I first read The Handmaid’s Tale about 20 years ago. At the time, I found it more interesting than frightening. I was very familiar with the patriarchal side of Christianity, and, as frustrated as I was with their attitude toward women, I didn’t really see things going as far as they do in Margaret Atwood’s novel.
Now, however, the new mini-series and the new political reality in the U.S. has put The Handmaid’s Tale on everyone’s mind. And it got me wondering if I would find the book more frightening now than I did then. After rereading, I can say that I did find it more frightening, but not for the reasons you might think.
In case you don’t know, The Handmaid’s Tale is set in a near-future version on the United States, now called Gilead. An environmental catastrophe has made it difficult for women to bear healthy children. A simultaneous attack on the president and Congress caused a suspension of civil liberties and the eventual establishment of a theocratic state where behavior, particularly of women, is strictly regulated. The narrator of the novel, known only as Offred, is a handmaid. Her job is to have a healthy baby for one of Gilead’s commanders. She lives in the couple’s home, and each month there is a “ceremony” in which the commander attempts to impregnate her as she lies in the lap of the commander’s wife.
When it comes to the novel’s prescience, I can see it in bits and pieces. There’s the strict regulation on women’s dress and behavior, common across cultures in the past and present and, I’m sorry to say, probably in the future, too. This careful monitoring of behavior is often couched in terms of keeping women safe, a refrain that recurs in this novel. Throughout history, people have risen to power on platforms of fear, just as the leaders of Gilead do—and there’s reason to imagine that they’ve manufactured most of the fear to gain power.
As for the theocratic angle, I suspect that the powerful in Gilead manufactured their piety, just as they manufactured the fear. The goal is not godliness but power. It is, in my opinion, only manufactured piety that would take things this far. As infuriating as their views about women often are, most devout conservative Christians I know would find this world shocking and want nothing to do with it. However, plenty of power-hungry people use religious language to manipulate true believers and obfuscate what they’re really doing. Once people wake up, it’s too late.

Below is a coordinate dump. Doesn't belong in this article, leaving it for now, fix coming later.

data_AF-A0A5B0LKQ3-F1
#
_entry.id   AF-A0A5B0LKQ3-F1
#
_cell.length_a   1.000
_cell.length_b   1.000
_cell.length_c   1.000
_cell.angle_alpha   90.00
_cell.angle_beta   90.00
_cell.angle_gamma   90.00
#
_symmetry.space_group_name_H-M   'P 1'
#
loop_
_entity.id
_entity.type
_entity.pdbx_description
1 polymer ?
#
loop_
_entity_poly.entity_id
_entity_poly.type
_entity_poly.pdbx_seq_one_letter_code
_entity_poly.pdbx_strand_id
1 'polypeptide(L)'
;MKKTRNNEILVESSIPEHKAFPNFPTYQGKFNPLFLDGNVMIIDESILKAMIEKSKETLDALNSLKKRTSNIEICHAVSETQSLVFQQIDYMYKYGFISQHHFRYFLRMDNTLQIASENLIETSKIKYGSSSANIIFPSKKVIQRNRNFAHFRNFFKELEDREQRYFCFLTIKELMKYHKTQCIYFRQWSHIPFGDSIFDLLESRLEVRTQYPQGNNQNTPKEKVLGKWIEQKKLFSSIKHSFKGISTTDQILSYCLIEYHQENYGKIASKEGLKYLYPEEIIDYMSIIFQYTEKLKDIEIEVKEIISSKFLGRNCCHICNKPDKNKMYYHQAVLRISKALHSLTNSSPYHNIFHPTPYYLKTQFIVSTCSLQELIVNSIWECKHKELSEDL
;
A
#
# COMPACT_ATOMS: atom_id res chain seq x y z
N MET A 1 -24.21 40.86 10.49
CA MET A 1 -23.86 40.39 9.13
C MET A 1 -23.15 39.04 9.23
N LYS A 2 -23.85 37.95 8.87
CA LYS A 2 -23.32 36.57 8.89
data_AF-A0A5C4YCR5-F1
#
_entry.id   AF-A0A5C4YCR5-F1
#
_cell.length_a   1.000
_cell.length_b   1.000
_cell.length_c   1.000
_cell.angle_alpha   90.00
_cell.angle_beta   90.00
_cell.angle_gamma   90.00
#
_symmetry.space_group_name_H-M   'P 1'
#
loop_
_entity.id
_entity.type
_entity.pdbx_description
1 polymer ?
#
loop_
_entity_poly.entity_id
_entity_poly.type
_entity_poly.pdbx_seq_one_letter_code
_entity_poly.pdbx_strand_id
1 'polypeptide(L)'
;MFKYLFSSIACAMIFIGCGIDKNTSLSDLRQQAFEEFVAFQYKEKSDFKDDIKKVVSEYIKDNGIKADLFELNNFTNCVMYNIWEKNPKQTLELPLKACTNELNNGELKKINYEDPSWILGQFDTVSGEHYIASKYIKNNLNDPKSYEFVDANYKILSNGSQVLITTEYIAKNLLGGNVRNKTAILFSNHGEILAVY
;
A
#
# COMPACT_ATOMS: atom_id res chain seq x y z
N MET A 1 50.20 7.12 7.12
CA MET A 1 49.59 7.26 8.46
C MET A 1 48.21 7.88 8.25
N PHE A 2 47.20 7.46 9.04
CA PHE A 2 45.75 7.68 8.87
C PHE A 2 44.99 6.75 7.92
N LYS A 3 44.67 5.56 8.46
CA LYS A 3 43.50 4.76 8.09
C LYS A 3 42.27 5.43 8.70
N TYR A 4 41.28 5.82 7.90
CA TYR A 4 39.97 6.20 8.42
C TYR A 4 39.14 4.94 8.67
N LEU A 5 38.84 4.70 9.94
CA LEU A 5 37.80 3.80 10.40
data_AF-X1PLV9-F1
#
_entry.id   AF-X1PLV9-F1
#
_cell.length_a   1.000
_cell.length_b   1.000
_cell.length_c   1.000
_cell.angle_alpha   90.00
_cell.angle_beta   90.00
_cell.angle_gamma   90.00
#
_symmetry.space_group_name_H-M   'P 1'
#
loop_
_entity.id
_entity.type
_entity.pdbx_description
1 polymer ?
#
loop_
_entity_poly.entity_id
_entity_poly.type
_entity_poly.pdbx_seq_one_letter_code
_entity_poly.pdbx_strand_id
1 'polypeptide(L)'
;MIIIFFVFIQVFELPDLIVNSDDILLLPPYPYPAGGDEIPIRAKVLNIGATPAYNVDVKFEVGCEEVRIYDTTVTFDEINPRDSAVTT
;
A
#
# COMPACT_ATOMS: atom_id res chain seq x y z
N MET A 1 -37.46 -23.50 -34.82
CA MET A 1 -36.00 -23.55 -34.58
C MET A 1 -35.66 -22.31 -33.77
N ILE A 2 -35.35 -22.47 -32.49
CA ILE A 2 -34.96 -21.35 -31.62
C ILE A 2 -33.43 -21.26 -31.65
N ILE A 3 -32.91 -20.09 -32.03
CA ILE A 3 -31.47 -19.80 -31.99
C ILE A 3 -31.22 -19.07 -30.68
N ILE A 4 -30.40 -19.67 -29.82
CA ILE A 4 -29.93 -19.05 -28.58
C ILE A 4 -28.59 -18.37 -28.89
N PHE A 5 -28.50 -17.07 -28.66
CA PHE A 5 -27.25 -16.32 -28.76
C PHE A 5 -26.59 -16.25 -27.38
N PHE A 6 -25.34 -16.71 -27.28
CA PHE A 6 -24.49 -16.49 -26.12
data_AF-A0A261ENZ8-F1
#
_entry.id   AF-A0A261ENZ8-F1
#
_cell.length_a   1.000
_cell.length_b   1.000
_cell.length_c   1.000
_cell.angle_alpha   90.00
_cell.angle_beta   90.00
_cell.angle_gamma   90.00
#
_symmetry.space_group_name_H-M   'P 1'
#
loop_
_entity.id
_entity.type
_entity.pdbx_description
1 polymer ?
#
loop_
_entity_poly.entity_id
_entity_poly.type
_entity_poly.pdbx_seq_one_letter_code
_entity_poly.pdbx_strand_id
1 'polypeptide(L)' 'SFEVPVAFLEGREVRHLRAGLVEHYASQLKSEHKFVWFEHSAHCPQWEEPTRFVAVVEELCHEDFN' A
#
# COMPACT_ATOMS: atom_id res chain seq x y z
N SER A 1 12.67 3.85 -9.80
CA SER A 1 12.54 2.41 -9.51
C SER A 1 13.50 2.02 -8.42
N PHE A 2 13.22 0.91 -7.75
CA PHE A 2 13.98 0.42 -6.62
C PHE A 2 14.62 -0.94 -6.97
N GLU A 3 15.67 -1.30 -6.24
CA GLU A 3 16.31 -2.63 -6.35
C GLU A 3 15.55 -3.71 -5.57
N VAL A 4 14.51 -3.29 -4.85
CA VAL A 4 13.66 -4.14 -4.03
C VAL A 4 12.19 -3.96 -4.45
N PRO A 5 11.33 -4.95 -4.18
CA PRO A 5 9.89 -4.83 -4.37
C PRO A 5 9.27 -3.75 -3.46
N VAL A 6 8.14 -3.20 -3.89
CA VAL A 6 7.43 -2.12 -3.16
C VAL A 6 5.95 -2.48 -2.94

So, no, I’m not afraid that we’re moments away from becoming another Gilead, although there are trends that bear watching, just as there have always been. What terrified me about this novel is what living in Gilead does to people, and how quickly and easily people adjust.
For much of the novel, Offred and others appear to be behaving as they do only because they’re afraid of being caught and punished. There are spies everywhere. But, as the book goes on, it’s clear that they’ve internalized much about Gilead’s ideals. We see it early on in Offred herself, when she is shocked at the exposed legs of some Japanese tourists. Before that, as soon as the patriarchy becomes policy, Offred senses a new barrier between herself and her husband, Luke:
He doesn’t mind this, I thought. He doesn’t mind it at all. Maybe he even likes it. We are not each other’s, anymore. Instead, I am his.
Later, Offred finds herself acting in ways she considers horrifying. Even the commander and his wife seem trapped in something they don’t much like (although they also don’t seem to regret it). They’ve let something become normal that should not be normal—and that’s the cautionary tale.
The likelihood that specific elements of this dystopia will come to pass in the U.S. is less important to me than the notion that we need to cling to our ideals and see the truth clearly. We need to watch carefully, without assuming that the worst could never happen. The potential is always there, even if it doesn’t look exactly like Atwood’s vision.